> notification emails it sends out - but I appreciate that it's hard to do that
> with Bugzilla).

Bugzilla is insanely stupid via xmlrpc. We talk about that too and it's on my todo list.

Comment 6 Jiri Moskovcak 2011-01-26 14:31:19 UTC
(In reply to comment #4)
> Thanks for looking at this; it should be a significant improvement!
> 
> To slightly revise/clarify my original request, note that it's not just
> "libraries"; the "main" binary should be included in the list as well ("DSO" is
> the jargon for "Dynamic Shared Object").
> 
> Please add the %{arch} to the rpm output, giving
>    %{NAME}-%{VERSION}-%{RELEASE}.%{ARCH}
> and
>   %{VENDOR}
> 
> I may also be interesting to run "rpm --verify" on all rpms contributing a DSO
> to the process, and to add a warning next to any DSOs that have verification
> issues (though I don't know to what extent prelink screws us here).
> 

- we used to have this feature, but it was claimed to be dangerous, because it runs prelink (to un-prelink bins) and it might screw things a lot if we do some mistake so we didn't get an exception in SELinux policy for that - maybe they will allow us at least call rpm --verify as a separate process to check the packages (we used to do this using librpm)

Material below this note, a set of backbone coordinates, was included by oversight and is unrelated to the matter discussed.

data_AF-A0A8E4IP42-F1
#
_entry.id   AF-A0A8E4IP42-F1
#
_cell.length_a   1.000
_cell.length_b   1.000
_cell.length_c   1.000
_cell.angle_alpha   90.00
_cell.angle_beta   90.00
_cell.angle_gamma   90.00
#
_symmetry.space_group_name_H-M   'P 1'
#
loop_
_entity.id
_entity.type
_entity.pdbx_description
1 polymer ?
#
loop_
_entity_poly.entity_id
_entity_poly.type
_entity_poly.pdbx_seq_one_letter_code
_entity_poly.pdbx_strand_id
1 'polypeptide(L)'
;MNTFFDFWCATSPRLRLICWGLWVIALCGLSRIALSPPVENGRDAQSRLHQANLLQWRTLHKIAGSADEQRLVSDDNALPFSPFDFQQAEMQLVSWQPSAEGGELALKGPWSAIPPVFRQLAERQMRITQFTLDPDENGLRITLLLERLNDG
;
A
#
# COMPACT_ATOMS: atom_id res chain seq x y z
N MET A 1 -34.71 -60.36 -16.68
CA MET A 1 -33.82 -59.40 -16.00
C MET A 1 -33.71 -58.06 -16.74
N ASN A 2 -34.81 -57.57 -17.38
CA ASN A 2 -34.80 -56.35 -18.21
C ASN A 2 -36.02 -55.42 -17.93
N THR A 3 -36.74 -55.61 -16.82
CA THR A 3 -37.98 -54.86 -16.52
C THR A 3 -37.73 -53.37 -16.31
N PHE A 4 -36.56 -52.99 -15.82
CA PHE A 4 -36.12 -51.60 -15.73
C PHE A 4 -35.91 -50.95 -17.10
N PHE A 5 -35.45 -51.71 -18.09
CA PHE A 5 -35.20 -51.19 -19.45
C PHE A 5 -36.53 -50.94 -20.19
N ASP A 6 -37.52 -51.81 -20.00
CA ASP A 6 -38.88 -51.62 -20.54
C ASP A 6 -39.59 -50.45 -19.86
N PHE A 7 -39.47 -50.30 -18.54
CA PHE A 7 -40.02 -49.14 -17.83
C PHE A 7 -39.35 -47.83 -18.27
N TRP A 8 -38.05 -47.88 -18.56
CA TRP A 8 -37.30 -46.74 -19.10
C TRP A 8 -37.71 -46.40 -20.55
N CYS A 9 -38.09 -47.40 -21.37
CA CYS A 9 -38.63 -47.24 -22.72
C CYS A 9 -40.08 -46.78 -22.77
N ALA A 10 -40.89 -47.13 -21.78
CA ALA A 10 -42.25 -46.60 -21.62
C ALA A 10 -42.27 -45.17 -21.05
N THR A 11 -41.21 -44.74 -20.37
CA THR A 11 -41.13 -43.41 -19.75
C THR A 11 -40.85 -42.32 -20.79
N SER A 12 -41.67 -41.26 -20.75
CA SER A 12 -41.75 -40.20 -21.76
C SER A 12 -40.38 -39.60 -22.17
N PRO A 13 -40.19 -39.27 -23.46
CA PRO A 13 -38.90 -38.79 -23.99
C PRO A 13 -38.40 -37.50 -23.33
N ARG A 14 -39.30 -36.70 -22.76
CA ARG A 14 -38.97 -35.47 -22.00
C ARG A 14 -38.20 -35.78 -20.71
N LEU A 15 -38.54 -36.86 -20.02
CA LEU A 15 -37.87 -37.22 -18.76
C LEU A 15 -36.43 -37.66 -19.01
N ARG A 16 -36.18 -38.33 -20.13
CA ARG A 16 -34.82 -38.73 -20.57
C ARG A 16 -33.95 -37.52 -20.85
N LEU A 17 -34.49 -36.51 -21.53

> 
> I'm not sure what the best presentation of the data is, and I suspect that some
> experimentation/prototyping is worth doing (developers/triagers spend a great
> deal of time looking at these reports, so it's worth spending time to make them
> as good as possible).

- I send an email about this fedora-{devel, triage} let's hope it wont turn into a flame against ABRT as usual :)

> 
> I think the most pertinent information when looking at a process that has
> crashed at the machine code level (SIGSEGV, SIGABRT, etc) is: "which components
> are providing machine code (or data) within this process?"
> 
> There are two ways of seeing this, and I think I'd like both.
> 
> They are:
> (i) a summary report, showing all RPMs that contributed DSOs to the crashing
> process, and a list of any DSOs aren't coming from an RPM.  I believe that this
> would typically be a relatively short amount of highly pertinent data, so this
> could be added as a comment to the bug, or in the initial report.  If there is
> more that one vendor, then I think the RPMs should be grouped by vendor.
> 
> (ii) the full details: all mapped DSOs, together with the RPM NVR.ARCH, and